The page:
Infographics for book lovers and kids’ non-fiction featuring infographics

Spend any time in the online world and you’ll soon come across an infographic or two.

According to Wikipedia, “infographics are graphic visual representations of information, data or knowledge intended to present complex information quickly and clearly“, and they are much loved in this day an age where increasingly we lap up quick, visual blasts from the various devices we’re plugged in to.

As a word, a Google ngram reveals the use of “infographics” as suddenly taking off in the late 1980s, having barely been seen before the 1970s. But now infographics are everywhere…

And why not? They can be great fun, with massive eyeball appeal and (at best) content which provides an instant, virtually effortless hit. Here’s an infographic all about infographics and here are various infographics I’ve enjoyed which might be of interest to you as a fellow book lover:

  • The most popular books of all time
  • The psychology of book abandonment
  • How parents can support their child’s reading
  • Getting Children to Love Reading
  • 30 Dr. Seuss Quotes That Can Change Your Life
  • Most Loved Children’s Books (in the US)
  • Father-Daughter Book Club
  • How Teens Read
  • A pinterest board dedicated to infographics related to books and literature.
  • A pinterest board dedicated to Library infographics

  • But do these quick hits which work as blog posts, tweets or FB updates work well in printed book form?

    The World in Infographics: Animal Kingdom by Jon Richards and Ed Simkins would suggest so: it has been shortlisted for the Blue Peter Best Book with Facts this year.


    Then there’s the intriguing situation that a book with almost the same title, and virtually identical subject matter (but from a different publisher) is due to hit our shelves later this spring: Infographics: Animal Kingdom by Nicholas Blechman, researched by Simon Rogers is out in April.

    Clearly Wayland (Hachette) and Big Picture Press (Templar) believe they’re on to something here (not least because both books are part of a series of infographics-based non-fiction from each publisher). So, in an attempt to be hip and zeitgeisty I thought I’d try comparing and reviewing these two books in the format of an infographic…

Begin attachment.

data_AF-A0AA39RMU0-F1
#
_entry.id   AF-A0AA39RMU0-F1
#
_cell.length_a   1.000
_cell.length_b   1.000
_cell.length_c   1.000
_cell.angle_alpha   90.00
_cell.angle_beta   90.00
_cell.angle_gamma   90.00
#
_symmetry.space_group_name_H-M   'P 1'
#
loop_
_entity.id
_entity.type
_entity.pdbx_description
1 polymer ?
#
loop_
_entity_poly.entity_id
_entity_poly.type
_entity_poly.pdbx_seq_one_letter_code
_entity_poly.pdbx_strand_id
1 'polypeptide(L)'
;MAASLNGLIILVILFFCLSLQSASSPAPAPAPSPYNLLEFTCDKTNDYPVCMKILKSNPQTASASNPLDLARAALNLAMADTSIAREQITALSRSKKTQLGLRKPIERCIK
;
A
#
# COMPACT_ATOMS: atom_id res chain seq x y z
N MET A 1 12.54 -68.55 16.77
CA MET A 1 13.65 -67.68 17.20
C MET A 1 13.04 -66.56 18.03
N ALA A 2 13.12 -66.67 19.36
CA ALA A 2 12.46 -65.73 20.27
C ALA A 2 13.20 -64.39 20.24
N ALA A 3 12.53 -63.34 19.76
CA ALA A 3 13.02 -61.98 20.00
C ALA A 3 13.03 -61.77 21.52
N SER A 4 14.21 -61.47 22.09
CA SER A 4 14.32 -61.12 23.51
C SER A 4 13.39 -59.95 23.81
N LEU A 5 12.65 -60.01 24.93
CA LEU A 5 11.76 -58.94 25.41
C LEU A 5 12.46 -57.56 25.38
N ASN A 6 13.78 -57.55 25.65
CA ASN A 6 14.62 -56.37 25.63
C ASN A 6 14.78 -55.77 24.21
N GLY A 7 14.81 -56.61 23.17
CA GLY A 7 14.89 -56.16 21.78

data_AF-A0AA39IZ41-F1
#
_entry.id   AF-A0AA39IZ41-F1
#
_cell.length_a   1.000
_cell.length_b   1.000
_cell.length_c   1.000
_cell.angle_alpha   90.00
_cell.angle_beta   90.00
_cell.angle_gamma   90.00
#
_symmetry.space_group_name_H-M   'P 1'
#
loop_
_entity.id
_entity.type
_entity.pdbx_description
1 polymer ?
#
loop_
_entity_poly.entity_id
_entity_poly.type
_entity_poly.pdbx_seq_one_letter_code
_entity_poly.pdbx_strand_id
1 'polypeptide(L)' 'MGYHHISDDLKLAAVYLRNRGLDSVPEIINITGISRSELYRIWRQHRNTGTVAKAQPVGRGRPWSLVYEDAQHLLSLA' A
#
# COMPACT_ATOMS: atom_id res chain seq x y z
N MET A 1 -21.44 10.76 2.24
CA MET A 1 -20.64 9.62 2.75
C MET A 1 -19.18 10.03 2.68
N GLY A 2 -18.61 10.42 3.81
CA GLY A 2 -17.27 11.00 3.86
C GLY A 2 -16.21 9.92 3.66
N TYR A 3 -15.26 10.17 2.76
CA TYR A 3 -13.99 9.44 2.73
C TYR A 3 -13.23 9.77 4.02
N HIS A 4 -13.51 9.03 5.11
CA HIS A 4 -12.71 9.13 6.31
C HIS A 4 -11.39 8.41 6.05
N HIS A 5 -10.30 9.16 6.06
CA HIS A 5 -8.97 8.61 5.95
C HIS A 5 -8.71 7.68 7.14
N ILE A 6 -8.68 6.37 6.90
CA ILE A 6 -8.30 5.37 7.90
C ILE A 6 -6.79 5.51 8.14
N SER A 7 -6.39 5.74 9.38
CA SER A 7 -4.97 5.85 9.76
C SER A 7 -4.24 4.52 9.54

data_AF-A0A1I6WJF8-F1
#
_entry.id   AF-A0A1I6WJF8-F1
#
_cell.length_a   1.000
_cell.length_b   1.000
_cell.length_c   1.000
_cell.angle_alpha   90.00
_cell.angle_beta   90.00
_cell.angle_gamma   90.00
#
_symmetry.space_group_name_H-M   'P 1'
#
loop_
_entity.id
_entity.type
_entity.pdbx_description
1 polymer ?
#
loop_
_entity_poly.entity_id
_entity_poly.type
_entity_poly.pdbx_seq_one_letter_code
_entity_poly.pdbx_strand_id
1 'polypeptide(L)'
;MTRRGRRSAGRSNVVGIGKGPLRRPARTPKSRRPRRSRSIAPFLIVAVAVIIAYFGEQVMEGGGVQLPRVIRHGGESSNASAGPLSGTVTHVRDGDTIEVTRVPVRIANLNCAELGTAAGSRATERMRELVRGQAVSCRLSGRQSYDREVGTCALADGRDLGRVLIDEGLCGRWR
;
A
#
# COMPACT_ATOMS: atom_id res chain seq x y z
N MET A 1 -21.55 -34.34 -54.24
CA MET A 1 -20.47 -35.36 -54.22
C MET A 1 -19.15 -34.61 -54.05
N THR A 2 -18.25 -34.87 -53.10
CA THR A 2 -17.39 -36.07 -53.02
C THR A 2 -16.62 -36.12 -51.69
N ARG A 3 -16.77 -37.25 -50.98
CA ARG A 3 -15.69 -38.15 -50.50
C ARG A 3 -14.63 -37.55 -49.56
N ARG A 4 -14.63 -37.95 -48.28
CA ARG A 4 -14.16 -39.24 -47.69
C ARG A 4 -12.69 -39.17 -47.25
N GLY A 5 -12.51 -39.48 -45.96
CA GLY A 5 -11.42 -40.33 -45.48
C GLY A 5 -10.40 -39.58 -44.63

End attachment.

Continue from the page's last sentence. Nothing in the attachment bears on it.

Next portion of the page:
Hmm? Did my infographic-as-review work for you? In preparing it I came up against the same issues I have with the books; in trying to make things very short and snappy, accuracy and reflection can be lost. I felt caught between dumbing down and having some fun.

    Now… If a book inspires my kids to get up and do something with it then I generally label it a winner, whatever other thoughts I might personally have about the book. In the case of these two infographic books they took M’s imagination and made it fly; she lapped up their contents with delight and enthusiasm and almost instantly wanted to put their contents to good use.

    M has recently taken to playing Trivial Pursuit and her delight in that game was the inspiration behind her desire to create her own animal themed version, using these two infographics books as her source material for questions. The nature of these books lends themselves to this very naturally: bare facts presented as short statements (appear to) exude authority and can be relatively easily converted into questions.

    Guided by the different tabs in Infographics: Animal Kingdom M came up with questions on themed topics. Once we had our questions we created cards for them, making sure they were colour coded to match the topic and colours on the board, and laminated to make them more robust for playing with.